Fight week has come once again for Bruno Silva, which means his least favorite part of being a fighter is over, for now: being in camp.
“I don’t like to do training camps. I don’t do it,” Silva said, laughing over the phone with members from the UFC’s Brazil office in São Paulo. “I train all year round and when I book a fight, I just adjust some things; I don’t stop training only to go back when I get a fight.
“When I get a fight, I’m already at 70% or 80% of my peak shape. I just change my ‘chip.’ I train harder and only adjust a few details and my diet. The diet gets a little more strict, but I don’t mind it. If it were up to me, I would fight every two or three months.”
It’s a change of pace from our last interview with the middleweight, who sat and stared in awe at the Octagon in behind him until the first question was asked ahead of his long-awaited debut, which had been delayed by two years.
“Blindado” likely got all of his UFC jitters out of the way last time, although he wasn’t in the Octagon for long, defeating fellow countryman Wellington Turman by a savage ground-and-pound TKO with 15 seconds to go in the first round.
“I wasn’t 100% satisfied because I didn’t do half of what I trained, but I was really happy for my win,” he said. “I needed that because I was in a really tough spot. I hadn’t fought in a while, so I was happy about the knockout. Anyone who follows my career knows that I always go for it, that I try to end my fights before the third round. I was able to get a knockout and left an impression in my UFC debut.”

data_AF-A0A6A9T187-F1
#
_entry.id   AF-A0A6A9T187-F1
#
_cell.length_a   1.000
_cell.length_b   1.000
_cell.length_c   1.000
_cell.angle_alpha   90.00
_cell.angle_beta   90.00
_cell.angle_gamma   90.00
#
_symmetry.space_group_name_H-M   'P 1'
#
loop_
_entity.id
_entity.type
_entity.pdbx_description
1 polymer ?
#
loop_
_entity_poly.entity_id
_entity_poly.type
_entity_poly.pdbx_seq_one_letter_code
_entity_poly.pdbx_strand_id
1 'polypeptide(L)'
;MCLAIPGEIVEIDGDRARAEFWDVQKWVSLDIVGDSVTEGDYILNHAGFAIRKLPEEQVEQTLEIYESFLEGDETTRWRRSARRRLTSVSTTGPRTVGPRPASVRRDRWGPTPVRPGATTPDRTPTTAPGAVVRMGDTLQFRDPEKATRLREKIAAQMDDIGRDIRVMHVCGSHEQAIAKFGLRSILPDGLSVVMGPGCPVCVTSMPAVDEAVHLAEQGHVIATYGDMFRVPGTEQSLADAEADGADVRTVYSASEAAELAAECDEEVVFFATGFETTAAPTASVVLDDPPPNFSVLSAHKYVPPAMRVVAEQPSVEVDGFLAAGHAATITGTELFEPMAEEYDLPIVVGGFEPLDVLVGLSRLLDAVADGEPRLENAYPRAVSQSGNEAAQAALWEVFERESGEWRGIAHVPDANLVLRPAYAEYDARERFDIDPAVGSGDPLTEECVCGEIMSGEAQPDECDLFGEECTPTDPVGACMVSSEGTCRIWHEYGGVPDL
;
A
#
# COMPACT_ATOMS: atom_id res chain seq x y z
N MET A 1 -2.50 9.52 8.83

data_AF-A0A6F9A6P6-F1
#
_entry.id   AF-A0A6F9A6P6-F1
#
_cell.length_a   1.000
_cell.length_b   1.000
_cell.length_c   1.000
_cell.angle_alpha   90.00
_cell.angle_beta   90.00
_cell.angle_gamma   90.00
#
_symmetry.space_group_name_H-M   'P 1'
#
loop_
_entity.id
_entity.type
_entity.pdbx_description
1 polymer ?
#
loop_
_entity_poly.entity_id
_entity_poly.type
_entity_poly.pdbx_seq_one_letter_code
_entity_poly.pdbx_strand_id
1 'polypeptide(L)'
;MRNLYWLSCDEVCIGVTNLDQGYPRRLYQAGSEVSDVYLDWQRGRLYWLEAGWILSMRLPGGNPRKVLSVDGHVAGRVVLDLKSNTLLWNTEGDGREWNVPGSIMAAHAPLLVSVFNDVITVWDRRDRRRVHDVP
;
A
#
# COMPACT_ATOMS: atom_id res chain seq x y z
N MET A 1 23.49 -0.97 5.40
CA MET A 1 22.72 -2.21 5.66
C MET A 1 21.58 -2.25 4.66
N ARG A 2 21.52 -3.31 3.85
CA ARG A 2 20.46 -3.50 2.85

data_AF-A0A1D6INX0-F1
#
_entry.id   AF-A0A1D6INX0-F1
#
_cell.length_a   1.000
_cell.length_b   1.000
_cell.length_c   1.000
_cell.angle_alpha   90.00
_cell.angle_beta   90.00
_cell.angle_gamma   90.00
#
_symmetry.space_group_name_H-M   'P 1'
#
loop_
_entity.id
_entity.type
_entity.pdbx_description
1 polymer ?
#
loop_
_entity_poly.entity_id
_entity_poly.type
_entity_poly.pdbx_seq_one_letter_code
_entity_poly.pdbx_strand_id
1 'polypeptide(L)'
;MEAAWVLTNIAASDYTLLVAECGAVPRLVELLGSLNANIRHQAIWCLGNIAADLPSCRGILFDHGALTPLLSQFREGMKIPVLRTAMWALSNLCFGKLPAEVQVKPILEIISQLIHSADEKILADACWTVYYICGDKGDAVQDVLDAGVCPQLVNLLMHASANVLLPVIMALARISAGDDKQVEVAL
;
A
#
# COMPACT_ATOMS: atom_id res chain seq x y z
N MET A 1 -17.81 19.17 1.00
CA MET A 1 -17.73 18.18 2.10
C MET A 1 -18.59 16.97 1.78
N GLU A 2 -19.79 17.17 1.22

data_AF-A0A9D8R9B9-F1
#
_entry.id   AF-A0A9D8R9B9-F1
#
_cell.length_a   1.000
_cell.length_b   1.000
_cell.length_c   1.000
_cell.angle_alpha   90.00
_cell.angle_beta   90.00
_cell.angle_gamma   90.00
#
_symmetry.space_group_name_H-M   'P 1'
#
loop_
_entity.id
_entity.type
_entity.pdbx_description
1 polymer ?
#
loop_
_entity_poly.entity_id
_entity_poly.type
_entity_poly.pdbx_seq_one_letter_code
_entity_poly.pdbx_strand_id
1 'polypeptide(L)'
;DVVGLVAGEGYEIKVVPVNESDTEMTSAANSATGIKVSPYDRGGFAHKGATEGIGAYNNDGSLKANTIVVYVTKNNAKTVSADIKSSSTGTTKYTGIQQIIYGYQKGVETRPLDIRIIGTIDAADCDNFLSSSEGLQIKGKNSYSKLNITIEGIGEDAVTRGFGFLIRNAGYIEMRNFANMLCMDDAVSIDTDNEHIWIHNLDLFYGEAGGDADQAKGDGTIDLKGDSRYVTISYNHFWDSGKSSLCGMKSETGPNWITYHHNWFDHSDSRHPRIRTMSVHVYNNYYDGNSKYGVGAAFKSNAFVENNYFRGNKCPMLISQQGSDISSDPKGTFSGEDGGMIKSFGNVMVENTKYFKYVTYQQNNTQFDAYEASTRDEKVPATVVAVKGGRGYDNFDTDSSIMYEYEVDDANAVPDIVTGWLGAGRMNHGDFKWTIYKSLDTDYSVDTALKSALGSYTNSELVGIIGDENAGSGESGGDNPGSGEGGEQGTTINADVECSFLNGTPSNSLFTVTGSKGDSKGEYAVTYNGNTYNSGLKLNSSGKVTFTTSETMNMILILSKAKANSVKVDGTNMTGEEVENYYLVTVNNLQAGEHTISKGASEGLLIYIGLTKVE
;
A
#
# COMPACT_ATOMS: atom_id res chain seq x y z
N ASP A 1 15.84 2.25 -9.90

It was an impression that got Silva another call to the Octagon just four months later, but also got him attention from fans — propelling him from being the “other Bruno Silva” on the UFC roster to very much a fighter of his own.
“I think I gained more than 6,000 followers on social media after that fight. The visibility you get is much higher in the UFC. It’s the biggest promotion in the world, so the world starts to get to know you better. You show a lot more of your style and my fight was really talked about because of how it happened. Few people think you can knock someone out from that ground-and-pound position, and I was able to do it.”
Next up for the Brazilian is Andrew Sanchez, looking to bounce back from his loss to Makhmud Muradov earlier this year. And while “El Dirte” certainly has seniority over Silva when it comes to fighting inside the Octagon, don’t look past the experience gained in Silva’s 26 professional fights — or the strategy he carries into every fight.
“I can tell you all about my strategy: throw hands,” the 32-year-old said, laughing again. “I don’t have any other strategy, ever, for any opponent. I adapt while the fight goes on. My camp is 100% focused on me, no one else. I don’t watch any tape on my opponent. I don’t create this ghost and idolize it; I just have to focus on myself. It’s my best against his best, and may the best one win. But I’m going to end the fight, and I hope he thinks the same way as I do. He either finishes me, or I finish him.”
Simple enough. And despite only having one UFC walk in the bag and truly understanding what’s at stake in the fight game, Silva carries himself in a cool and collected manner.
“I’m very calm, but I’m also very aggressive when I have to be. I never promise a time to win, because for me, the fight starts when I smell blood. If I see any fragility in his position or in his eyes, I’ll attack.”